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A sound climate policy requires open minds on both sides

Windmills and oil pumps

West Texas produces fossil fuels and renewable energy.

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Nevins is co-publisher of The Fulcrum and co-founder and board chairman of the Bridge Alliance Education Fund.

The climate change debate has largely evolved in recent years from determining to what extent humans’ use of fossil fuels constitutes an existential threat, to now debating how quickly we should make the transition to renewable energy sources.

This debate has come into the forefront within the last two weeks as a result of Russia’s invasion of Ukraine and the subsequent executive order by the Biden administration to ban imports of Russian oil.

Those who are skeptical ofthe imminent danger posed by fossil fuels argue that the higher oil prices and restricted supply areproof that we need to move ahead with the Keystone pipeline, drill more on federally owned land, and make permitting for new wells easier.

Those who believe that the impact of global warming is approaching catastrophic levels use the current situation to strengthen their argument that we must stop looking for new sources of fossil fuel now and increase our investment in renewable energy resources.

As so often happens in politics, both sides are relying on data they already have on hand to support the opinion they already have established, and neither side is asking the important questions required for effective policy making.

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To understand the complexity of the issue at hand we need to analyze how fast renewable energy sources are increasing and what it would cost to increase that rate. However, this won’t tell the entire story. We must also calculate how fast the demand for energy worldwide is increasing.

Unfortunately the current data doesn’t look good. The increase in available renewable energy is still lower than the rise in global energy demand overall. This means that even as we near consensus on the need to transition from fossil fuels toward green energy, we are currently getting further away from that transition.

One example is global power demand. The International Energy Agency shows substantial increases in electricity demand as do the IEA Projections. Global electricity demand is set to rebound strongly, jumping by close to 5 percent this year and by 4 percent in 2022, according to the IEA.

While the amount of electricity from renewables is increasing at a faster rate (6 percent in 2022), it is starting from a much smaller base so the use of fossil fuel for electricity is actually increasing.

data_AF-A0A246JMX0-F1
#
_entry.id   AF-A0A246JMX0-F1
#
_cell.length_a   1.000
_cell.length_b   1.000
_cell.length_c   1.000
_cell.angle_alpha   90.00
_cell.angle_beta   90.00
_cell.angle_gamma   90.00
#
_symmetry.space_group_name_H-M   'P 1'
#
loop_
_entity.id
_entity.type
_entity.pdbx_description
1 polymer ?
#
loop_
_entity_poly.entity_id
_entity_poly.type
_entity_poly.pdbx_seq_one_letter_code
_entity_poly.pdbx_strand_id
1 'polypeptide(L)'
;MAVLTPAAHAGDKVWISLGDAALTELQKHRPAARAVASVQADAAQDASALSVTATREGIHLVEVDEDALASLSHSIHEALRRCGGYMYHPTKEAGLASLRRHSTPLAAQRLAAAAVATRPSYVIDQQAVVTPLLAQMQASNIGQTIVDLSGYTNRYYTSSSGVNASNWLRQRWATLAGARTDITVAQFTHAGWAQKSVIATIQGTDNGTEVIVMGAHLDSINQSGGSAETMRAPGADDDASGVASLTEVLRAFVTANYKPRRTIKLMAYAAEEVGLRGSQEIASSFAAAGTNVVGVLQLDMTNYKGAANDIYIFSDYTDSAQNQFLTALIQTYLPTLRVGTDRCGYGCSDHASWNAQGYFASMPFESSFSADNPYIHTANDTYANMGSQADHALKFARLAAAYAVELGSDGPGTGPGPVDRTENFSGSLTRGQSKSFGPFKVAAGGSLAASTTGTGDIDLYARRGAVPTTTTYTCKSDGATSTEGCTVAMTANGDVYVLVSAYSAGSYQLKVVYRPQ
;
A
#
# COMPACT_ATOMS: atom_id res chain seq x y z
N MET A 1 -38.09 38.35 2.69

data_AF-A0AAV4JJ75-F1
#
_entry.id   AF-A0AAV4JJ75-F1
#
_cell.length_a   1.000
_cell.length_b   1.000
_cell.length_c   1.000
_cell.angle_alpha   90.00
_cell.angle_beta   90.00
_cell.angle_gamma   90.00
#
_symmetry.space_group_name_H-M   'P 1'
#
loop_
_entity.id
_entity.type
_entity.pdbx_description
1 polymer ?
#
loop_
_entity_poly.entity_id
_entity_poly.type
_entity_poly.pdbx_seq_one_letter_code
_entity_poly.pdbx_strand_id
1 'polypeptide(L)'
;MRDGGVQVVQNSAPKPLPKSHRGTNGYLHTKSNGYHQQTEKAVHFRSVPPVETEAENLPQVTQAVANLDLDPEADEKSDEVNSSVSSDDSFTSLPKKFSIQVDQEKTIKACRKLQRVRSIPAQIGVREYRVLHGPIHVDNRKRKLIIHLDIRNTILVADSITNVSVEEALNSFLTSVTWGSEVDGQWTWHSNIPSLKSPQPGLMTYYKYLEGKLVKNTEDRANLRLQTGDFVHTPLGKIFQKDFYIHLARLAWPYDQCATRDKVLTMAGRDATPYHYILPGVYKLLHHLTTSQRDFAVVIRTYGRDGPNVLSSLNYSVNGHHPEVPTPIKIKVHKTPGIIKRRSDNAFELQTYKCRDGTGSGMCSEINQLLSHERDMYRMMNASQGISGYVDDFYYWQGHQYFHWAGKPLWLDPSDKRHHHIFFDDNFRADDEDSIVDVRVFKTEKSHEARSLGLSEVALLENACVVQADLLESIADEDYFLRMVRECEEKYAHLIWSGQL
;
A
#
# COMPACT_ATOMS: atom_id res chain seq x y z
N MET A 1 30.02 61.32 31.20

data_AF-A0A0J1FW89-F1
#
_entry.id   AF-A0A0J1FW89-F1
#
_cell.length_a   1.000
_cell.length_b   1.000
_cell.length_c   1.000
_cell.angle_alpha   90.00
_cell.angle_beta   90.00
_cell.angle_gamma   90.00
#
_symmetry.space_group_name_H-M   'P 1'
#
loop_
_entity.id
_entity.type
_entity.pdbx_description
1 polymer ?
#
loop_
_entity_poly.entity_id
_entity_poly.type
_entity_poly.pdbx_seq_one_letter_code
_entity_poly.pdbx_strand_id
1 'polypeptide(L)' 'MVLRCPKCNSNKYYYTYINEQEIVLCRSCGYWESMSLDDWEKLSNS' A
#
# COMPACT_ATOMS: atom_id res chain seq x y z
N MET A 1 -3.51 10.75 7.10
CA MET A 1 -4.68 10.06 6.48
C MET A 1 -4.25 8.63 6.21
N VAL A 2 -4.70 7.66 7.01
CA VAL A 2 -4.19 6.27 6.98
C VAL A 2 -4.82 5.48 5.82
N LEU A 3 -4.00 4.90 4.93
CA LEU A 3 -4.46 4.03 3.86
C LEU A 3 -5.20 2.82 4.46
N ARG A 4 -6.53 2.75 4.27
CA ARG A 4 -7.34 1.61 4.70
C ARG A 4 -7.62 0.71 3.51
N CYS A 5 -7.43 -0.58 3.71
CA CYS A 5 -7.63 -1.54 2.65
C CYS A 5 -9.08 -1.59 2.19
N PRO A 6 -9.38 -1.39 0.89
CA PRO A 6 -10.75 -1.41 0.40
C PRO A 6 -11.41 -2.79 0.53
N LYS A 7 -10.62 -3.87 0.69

The same is true of oil and gas use, and thus the essential question that we have to ask is how much has to be invested in renewable sources to increase the transition from fossil fuel.

Even the most optimistic experts realize the transition will take time. The Paris Climate Agreement doesn’t call for net zero emissions until 2050, and that goal requires a considerably accelerating investment in clean energy transition, to $4 trillion annually within the next seven years. This is about three times the current level.

Adding to the complexity of the issue is the shortage of key materials like nickel, cobalt and lithium needed for renewable sources of energy. Unfortunately, China controls a high percentage of these essential metals. As reported by UBS in October “The [electric vehicle] supply chain is almost wholly dependent on China for upstream materials, and long-term power outages could result in shortages.”

Thus, there are no simple answers and we need leaders who depart from the rhetoric and explain the hard choices to the American public.

A new United Nations report notes the increasing risk of environmental catastrophes if humankind fails to reduce emissions of plant-heating gasses quickly. This is foreboding to say the least. However, we can’t look at this potential catastrophe in a vacuum and must measure the other catastrophes that face humankind if we do not have enough energy to run the economies of the world that provide food, shelter and all the necessities to a sustainable life.

Applying cost-benefit analysis certainly would be a step in the right direction. While this can be done on a macro national and global level, itcan also be done on a community level. Communities can have their own climate and disaster risk management analysis to determine how the effectiveness of alternative climate-related investments impact their community.

Whatever approach is chosen we must all strive to rid our mind of assumptions, beliefs and conclusions and instead focus on critical thinking.

Martin Luther King Jr. stated it well: “To think incisively and to think for one’s self is very difficult. We are prone to let our mental life become invaded by legions of half-truths, prejudices, and propaganda.”

So think critically and by doing so the chances of producing good public policy will increase dramatically.

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